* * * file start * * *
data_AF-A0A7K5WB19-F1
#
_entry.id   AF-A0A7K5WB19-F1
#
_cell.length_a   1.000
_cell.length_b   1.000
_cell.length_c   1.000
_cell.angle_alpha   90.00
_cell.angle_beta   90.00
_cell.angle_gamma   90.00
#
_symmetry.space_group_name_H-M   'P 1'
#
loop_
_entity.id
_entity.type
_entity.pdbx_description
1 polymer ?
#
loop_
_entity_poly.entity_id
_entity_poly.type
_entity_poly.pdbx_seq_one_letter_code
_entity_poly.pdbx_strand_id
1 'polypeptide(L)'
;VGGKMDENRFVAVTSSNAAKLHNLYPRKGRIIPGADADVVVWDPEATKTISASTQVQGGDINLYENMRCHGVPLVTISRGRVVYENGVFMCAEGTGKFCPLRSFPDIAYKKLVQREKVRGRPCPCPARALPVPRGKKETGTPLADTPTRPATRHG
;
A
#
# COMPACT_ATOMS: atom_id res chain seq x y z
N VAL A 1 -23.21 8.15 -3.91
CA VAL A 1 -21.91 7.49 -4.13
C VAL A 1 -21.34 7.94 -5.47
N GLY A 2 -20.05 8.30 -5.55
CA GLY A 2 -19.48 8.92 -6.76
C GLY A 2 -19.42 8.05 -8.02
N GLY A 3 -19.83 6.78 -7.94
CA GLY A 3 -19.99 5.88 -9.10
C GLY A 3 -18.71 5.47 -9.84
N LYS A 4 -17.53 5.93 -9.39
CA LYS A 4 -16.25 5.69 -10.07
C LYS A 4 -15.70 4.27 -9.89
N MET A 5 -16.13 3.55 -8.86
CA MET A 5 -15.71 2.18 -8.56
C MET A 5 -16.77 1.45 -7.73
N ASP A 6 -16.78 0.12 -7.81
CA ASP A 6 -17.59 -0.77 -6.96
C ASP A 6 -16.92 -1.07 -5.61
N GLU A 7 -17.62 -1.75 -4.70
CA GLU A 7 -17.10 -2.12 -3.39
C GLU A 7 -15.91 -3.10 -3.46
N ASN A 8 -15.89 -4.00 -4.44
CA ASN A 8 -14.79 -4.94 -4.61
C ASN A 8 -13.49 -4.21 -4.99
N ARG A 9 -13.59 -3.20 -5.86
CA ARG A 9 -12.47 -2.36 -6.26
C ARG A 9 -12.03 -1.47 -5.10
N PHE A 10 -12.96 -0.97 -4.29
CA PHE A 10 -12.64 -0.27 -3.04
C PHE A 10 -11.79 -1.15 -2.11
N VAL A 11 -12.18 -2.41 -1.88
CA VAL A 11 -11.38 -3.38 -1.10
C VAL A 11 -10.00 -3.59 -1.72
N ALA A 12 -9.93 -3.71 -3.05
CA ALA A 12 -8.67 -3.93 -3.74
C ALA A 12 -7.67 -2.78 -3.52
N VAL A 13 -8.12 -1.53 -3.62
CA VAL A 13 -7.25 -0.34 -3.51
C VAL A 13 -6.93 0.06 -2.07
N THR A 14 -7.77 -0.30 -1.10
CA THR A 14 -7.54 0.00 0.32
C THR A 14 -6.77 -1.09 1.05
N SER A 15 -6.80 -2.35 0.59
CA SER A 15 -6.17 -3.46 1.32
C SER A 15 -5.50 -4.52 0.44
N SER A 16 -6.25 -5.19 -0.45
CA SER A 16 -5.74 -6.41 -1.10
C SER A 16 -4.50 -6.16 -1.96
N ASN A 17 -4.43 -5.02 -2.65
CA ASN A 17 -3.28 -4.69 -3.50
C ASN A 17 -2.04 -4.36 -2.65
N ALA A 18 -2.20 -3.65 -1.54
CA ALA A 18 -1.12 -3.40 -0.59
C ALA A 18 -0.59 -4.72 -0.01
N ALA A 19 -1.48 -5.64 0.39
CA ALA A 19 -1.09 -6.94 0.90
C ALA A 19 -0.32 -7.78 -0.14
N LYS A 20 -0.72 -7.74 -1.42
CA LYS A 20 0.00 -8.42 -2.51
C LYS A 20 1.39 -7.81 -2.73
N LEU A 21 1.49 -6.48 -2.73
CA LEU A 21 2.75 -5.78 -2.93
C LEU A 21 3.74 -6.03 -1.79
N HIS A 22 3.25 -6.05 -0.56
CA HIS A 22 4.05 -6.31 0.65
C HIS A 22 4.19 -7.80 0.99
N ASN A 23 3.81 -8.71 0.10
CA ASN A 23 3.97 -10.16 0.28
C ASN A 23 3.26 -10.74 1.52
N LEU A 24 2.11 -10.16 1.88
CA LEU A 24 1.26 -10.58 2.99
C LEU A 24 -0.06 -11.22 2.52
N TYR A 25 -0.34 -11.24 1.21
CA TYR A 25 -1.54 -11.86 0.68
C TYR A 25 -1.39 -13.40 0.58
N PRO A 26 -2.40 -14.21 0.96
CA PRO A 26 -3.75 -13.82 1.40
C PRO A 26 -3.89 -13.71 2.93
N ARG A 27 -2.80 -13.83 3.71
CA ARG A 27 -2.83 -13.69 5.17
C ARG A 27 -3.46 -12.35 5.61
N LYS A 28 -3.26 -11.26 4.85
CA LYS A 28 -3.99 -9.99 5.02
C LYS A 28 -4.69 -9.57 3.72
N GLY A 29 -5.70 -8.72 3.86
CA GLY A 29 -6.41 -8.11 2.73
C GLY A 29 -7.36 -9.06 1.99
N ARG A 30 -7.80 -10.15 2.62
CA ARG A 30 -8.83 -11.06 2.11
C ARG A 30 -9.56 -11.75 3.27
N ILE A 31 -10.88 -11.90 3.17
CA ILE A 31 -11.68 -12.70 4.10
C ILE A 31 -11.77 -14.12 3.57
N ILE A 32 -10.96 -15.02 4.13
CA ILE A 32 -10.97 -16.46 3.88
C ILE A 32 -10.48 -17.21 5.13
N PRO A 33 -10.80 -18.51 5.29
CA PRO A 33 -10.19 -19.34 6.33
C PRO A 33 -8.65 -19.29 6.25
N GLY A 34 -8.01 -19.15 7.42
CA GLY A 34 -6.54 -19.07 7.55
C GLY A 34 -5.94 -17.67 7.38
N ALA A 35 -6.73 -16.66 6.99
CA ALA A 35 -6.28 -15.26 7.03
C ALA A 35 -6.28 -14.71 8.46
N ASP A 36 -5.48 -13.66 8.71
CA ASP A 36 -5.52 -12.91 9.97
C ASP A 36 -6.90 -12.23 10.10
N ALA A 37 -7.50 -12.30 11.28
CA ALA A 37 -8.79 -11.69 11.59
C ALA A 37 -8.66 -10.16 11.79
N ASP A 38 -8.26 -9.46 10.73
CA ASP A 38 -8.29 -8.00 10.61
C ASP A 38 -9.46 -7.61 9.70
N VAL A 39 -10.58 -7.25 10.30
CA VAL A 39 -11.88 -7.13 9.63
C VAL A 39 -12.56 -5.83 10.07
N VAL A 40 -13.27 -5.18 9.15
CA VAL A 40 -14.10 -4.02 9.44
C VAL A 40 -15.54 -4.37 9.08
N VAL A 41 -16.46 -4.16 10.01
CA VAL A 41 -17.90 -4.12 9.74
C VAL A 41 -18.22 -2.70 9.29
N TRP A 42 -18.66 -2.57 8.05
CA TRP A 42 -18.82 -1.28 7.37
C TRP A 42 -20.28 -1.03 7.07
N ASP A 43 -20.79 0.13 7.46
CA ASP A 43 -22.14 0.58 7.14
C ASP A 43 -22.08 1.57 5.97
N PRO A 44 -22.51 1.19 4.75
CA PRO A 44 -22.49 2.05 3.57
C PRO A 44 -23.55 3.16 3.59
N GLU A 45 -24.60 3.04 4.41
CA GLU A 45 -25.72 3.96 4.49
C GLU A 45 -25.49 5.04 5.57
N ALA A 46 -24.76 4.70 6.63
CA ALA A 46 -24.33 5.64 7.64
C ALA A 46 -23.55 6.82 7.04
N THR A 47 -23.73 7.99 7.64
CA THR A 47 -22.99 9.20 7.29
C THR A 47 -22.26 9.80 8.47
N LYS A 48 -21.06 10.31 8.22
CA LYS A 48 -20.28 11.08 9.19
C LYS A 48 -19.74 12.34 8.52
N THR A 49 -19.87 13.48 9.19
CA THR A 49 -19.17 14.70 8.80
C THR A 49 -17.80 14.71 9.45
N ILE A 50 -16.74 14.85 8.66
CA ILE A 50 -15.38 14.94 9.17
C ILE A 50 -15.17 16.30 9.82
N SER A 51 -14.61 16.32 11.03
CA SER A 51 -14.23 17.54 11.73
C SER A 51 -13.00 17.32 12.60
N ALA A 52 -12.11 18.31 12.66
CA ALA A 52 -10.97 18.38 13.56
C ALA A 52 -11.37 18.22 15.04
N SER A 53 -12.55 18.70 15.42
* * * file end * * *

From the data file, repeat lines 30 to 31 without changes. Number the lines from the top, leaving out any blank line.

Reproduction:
# COMPACT_ATOMS: atom_id res chain seq x y z
N VAL A 1 -23.21 8.15 -3.91